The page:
Microsoft has a long and storied history with messaging apps. Whether it’s nostalgic memories of MSN Messenger, or more recent efforts with Microsoft Teams, communication is practically foundational to every Microsoft vertical. Microsoft has also had a long and storied history of, well, failure in this area. Despite buying up Skype, the relevancy of Skype as a platform has deteriorated in recent years in favor of speedier competitors, like WhatsApp and Telegram, or more-connected social networks like Facebook Messenger.
Skype has still found its footing as a back-end service for products like Microsoft Teams and Xbox Live, both of which boast tens of millions of monthly active users. Still, there are big, gaping holes in Microsoft’s ability to engage consumers within its own communication platforms, especially when it comes to building communities, or even running small businesses.
A new report from VentureBeat suggests that gaming-oriented messaging platform Discord is looking to sell for upwards of $10 billion dollars. One has to assume that Microsoft is in the running to be among those to acquire the messaging platform, given that it aligns almost perfectly with its plans for the future of gaming. It could also boost Microsoft’s business aspirations, given that it is arguably more intuitive for smaller businesses than Microsoft Teams who don’t need the scale or enterprise-grade integrations the service offers.
Here’s why I think Microsoft should certainly look to place itself in the bidding war for Discord, if it’s not already at the fore.
Microsoft’s messaging services are bad
Source: Windows Central
I hate to say it, but Skype, Microsoft Teams, and Xbox Live messaging are all pretty awful at doing their job in general. Skype remains among the more reliable services for voice and video comms, and Xbox Live party chats generally do the job for group voice in gaming, but they’ve all fallen so far behind competing services due to lack of innovation.
To be fair to Microsoft Teams, it does things at scale for enterprises that competing solutions simply cannot offer. But as a user in a mid-sized business who simply needs these services for fundamental communication and filesharing, Microsoft’s competitors generally seem to have an edge for the basics.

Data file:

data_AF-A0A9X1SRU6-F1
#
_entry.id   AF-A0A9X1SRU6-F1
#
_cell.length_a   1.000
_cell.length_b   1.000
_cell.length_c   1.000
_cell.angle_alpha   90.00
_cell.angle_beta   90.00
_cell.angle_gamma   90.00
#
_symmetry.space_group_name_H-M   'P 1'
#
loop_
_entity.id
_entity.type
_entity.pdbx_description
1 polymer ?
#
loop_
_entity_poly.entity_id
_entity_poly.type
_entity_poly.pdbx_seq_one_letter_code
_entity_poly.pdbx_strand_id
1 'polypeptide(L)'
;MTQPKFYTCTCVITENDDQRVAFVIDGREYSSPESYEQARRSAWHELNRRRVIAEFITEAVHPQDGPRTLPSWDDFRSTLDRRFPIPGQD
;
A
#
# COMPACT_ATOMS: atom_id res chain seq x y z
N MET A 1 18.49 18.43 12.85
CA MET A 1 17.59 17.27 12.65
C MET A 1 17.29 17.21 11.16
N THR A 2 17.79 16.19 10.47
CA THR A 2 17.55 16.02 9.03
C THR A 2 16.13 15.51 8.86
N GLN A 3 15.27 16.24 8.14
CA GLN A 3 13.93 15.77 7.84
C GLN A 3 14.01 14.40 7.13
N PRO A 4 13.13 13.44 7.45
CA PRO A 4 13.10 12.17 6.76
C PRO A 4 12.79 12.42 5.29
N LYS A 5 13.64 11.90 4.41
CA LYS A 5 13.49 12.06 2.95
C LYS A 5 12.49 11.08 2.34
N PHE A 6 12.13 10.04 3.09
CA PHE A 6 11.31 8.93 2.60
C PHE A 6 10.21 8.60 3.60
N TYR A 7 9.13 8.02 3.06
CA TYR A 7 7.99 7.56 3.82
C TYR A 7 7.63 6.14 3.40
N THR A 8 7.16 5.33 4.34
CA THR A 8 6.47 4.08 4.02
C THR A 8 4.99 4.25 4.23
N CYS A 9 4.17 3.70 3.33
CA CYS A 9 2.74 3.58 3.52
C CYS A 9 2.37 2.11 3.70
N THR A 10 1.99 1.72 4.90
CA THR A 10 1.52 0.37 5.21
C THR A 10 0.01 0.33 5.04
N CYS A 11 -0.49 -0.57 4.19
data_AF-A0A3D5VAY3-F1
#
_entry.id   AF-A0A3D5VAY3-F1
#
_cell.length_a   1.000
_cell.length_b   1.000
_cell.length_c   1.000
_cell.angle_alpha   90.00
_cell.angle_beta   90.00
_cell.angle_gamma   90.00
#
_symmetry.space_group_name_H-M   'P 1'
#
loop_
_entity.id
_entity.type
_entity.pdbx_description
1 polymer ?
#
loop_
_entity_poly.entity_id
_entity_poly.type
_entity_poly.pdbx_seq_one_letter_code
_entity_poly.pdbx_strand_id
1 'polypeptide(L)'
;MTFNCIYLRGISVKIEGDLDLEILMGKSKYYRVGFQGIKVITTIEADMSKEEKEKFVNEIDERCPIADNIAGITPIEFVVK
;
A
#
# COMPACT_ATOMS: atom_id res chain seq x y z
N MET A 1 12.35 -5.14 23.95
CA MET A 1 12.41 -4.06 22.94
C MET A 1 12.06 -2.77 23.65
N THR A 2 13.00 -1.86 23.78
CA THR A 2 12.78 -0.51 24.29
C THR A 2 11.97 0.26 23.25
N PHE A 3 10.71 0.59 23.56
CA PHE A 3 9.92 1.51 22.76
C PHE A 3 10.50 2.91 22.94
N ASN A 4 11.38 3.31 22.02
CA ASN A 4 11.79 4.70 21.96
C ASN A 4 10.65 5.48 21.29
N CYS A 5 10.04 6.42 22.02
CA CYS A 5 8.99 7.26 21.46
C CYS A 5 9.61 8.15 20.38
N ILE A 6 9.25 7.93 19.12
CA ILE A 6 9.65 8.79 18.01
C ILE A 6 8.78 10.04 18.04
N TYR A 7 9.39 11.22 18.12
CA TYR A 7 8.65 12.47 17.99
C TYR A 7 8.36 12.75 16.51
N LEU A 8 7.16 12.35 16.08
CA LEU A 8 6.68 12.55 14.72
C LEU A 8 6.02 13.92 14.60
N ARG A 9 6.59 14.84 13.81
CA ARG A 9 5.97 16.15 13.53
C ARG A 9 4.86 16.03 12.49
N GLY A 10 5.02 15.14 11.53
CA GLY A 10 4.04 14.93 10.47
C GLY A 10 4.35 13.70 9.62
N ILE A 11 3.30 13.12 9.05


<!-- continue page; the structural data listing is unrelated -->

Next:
Microsoft is a lumbering corporate giant, and often fails to meet the pace of innovation of smaller, more nimble teams.
Microsoft is a lumbering corporate giant, and often fails to meet the pace of innovation smaller, more nimble teams can accomplish. Few others represent this as succinctly as Discord, which not only destroys Skype and Xbox Live at texting, mobile quality, and usability, but arguably is even better than Microsoft Teams as an environment for professional use. Discord has a wealth of mature services, tools, and bots that can turn basic Discord servers into productivity powerhouses with only a few simple tweaks.
I remember long before even working in the industry, I was scratching my head over Microsoft’s decision to shutter MSN Messenger in favor of Skype. MSN was faster than Skype and had a more intuitive interface. Frankly, it still does.
I’m not quite sure why, but it’s absurd to me that, in 2021, Skype and Xbox Live messaging services lag behind the competition in speed. It just doesn’t feel good to send texts over Skype-based services, watching the app struggle to open even on the world’s most powerful PCs and phones, while Telegram and WhatsApp, and crucially, Discord, all open at a mere instant. If after years of failed attempts to rebrand and rebuild Skype, Microsoft is unable to improve even the most basic aspects of the service, there must be something fundamentally wrong with it. What else could it be? It’s time to cut loose and move on.